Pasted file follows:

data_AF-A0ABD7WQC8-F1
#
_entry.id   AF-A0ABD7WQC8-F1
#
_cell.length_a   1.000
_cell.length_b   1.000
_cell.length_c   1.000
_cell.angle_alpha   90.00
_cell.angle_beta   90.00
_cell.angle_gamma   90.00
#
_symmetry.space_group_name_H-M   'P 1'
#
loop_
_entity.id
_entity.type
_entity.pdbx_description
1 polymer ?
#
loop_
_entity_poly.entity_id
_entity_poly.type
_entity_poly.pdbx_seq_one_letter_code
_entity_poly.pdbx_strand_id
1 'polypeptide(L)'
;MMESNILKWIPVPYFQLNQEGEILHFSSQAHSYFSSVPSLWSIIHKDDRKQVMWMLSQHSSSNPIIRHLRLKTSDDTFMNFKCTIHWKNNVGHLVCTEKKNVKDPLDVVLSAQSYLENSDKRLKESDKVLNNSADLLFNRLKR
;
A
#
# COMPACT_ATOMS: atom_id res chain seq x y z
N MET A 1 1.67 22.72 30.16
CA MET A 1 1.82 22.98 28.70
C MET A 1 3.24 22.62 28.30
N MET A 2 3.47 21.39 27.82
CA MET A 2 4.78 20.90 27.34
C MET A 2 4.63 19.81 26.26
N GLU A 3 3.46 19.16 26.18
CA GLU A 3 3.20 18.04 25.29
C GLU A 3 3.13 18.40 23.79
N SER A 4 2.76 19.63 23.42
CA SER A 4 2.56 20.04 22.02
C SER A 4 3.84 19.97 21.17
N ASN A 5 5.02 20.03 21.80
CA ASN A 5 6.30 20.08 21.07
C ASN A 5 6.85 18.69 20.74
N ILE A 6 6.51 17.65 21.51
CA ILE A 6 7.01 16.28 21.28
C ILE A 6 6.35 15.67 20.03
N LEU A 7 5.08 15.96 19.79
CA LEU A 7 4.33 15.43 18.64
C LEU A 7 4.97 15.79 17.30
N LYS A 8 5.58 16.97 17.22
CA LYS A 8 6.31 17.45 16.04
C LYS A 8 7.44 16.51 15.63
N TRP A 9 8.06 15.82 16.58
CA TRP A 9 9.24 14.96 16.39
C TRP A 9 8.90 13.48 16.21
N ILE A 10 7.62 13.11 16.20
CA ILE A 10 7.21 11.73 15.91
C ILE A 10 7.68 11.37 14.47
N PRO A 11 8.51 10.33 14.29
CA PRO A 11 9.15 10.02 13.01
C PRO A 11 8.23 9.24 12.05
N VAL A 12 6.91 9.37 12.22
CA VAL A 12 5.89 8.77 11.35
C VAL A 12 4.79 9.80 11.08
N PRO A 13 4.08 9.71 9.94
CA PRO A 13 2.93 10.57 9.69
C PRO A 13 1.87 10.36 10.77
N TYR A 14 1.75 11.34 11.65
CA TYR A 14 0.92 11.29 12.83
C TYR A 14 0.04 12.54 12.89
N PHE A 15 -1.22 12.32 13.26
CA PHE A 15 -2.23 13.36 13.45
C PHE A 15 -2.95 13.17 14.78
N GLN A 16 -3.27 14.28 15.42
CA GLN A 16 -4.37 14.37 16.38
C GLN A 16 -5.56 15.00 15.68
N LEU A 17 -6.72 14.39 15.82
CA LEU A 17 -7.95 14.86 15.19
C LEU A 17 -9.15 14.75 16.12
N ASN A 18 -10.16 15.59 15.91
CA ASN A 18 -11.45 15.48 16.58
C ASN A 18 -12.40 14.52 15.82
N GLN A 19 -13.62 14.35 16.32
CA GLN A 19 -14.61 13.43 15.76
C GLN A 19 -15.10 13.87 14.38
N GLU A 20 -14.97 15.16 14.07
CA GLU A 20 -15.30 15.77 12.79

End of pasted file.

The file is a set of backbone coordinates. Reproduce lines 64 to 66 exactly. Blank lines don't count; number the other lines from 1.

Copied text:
N VAL A 12 6.91 9.37 12.22
CA VAL A 12 5.89 8.77 11.35
C VAL A 12 4.79 9.80 11.08